Pansies are flowering plants that provide striking good looks and dependable color, making them well loved by many gardeners. The unique, almost heart-shaped blooms thrive in partial light and add vibrant color to a shady corner of a landscape or patio. Also known as Viola, Pansy plants are not fussy but require a certain level of care to grow and thrive.
What You Need To Plant Pansies
- Compost or manure
- Garden spade
- Good location
- Water source
Where to Plant Pansies
Pansies have a mounded, upright growth habit, and some varieties may trail. Place plants, so the top of the root ball is even with the soil and not below the soil line. This fast-growing plant needs partial sunlight, but some cultivars can handle limited amounts of bright light. The soil must allow drainage and can be rich and slightly acidic.
How much space to leave between plants depends on the type of Pansy and the desired look. Generally, leave 6 to 10 inches between plants. Leave more space to provide room for the branches to reach and spread. If you plan to trim the plants to maintain a more compact form, they can be planted closer together.
Steps To Plant Pansies
Step 1 - Select a spot that receives partial sun
Step 2 - Dig a hole about 2 to 3 times as wide as the root ball and slightly deeper
Step 3 - Mix manure or organic compost into the soil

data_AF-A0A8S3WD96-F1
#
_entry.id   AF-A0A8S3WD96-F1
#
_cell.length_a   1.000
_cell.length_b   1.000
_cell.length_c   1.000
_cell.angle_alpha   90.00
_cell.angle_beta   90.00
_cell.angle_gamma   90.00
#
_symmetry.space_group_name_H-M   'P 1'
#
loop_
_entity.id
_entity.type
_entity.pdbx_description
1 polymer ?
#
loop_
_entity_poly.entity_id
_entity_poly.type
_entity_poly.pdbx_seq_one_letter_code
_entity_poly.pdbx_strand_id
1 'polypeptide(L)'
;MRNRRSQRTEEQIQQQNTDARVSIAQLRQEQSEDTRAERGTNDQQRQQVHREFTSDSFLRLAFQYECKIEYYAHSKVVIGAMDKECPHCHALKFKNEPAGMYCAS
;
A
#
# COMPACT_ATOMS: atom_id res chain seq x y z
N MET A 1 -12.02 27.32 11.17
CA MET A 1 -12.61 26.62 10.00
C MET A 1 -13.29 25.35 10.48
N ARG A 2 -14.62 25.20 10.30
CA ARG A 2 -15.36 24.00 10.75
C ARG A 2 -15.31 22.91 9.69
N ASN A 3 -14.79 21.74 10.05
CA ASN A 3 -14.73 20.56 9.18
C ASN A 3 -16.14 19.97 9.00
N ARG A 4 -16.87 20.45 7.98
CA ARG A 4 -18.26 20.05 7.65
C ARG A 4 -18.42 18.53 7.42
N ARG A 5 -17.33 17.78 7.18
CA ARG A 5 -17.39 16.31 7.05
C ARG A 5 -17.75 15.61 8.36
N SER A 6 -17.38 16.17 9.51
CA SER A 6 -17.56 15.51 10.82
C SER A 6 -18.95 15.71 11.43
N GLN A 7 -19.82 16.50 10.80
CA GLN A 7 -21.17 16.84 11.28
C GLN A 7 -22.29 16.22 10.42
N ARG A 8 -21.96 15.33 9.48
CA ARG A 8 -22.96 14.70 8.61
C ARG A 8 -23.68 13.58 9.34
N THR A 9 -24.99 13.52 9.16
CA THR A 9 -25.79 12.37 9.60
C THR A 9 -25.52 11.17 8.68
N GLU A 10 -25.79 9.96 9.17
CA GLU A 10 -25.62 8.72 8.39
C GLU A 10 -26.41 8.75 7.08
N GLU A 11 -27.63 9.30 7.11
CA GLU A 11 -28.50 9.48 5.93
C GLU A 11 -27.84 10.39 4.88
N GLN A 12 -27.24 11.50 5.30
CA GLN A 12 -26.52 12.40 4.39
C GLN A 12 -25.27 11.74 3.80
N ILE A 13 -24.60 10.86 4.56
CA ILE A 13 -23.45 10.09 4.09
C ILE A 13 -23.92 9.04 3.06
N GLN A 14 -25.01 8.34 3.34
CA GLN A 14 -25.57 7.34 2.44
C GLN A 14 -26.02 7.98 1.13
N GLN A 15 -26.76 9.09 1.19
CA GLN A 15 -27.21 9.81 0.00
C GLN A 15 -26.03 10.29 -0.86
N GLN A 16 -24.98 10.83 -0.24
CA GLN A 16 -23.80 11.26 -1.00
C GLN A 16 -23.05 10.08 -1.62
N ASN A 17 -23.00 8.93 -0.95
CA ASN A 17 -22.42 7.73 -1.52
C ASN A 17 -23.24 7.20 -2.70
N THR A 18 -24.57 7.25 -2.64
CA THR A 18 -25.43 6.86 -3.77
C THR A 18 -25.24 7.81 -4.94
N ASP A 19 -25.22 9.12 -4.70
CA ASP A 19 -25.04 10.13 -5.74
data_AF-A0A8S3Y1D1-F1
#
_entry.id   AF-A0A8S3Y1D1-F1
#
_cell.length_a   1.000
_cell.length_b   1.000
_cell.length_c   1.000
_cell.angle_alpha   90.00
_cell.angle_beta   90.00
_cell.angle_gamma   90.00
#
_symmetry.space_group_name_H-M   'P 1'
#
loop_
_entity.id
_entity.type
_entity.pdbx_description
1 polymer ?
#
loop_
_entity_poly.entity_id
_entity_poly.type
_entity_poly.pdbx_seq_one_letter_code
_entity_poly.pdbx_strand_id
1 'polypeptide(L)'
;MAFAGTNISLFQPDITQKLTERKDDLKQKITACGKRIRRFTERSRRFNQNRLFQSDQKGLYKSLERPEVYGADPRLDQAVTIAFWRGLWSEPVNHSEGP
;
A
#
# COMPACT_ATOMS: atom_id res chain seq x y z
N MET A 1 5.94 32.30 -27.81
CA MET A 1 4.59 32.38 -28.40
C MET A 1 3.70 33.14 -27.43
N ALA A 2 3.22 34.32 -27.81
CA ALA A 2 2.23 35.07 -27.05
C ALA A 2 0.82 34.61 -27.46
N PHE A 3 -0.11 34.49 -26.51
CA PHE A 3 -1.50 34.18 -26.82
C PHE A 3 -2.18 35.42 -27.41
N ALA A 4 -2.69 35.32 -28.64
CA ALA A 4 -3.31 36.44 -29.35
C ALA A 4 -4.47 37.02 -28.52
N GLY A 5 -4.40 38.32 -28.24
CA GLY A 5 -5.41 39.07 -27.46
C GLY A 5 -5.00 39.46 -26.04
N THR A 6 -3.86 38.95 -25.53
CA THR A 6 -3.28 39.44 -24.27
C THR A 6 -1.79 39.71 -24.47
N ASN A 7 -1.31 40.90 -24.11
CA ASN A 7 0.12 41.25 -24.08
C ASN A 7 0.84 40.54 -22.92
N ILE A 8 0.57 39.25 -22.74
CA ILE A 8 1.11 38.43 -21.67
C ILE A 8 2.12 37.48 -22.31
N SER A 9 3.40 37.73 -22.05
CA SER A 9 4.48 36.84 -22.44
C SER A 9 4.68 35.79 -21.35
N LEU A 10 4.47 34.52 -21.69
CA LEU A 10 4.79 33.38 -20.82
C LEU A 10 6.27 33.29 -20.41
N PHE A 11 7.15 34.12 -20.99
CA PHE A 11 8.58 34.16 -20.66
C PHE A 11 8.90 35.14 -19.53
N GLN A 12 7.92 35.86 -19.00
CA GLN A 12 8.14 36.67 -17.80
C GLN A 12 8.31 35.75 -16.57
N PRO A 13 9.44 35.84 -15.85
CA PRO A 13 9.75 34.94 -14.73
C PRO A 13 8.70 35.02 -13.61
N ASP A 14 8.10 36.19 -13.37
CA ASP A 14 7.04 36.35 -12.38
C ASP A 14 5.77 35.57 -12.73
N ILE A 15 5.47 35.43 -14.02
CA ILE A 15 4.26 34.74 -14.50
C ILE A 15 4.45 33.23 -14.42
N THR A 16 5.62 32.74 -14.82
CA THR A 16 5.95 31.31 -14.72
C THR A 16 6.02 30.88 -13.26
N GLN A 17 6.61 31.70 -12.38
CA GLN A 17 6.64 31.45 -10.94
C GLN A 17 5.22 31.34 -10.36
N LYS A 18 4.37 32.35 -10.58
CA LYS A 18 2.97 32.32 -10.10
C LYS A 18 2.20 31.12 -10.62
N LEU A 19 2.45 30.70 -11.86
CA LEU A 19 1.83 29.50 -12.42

Step 4 - Place the root ball in the prepared hole, and position the top of the root ball even with the soil level
Step 5 - Backfill the hole and firmly press the ground into place
Step 6 - Drench the soil around the plant to saturate the roots
When to Plant Pansies
Pansies are herbaceous perennials, and spring is the best time to plant. Giving the plant as much of the growing season as possible will enable this plant to come back in the spring. Pansies planted later in the growing season may not have enough time to acclimate and may grow as an annual.
Pansies can be transplanted any time after the threat of frost has passed. Moving plants early in the growing season is best, so the roots have time to acclimate to the new location. Plants moved later in the season may not have enough time to settle in before cold weather hits.
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Author Alison Cotsonas - Published 08-01-2022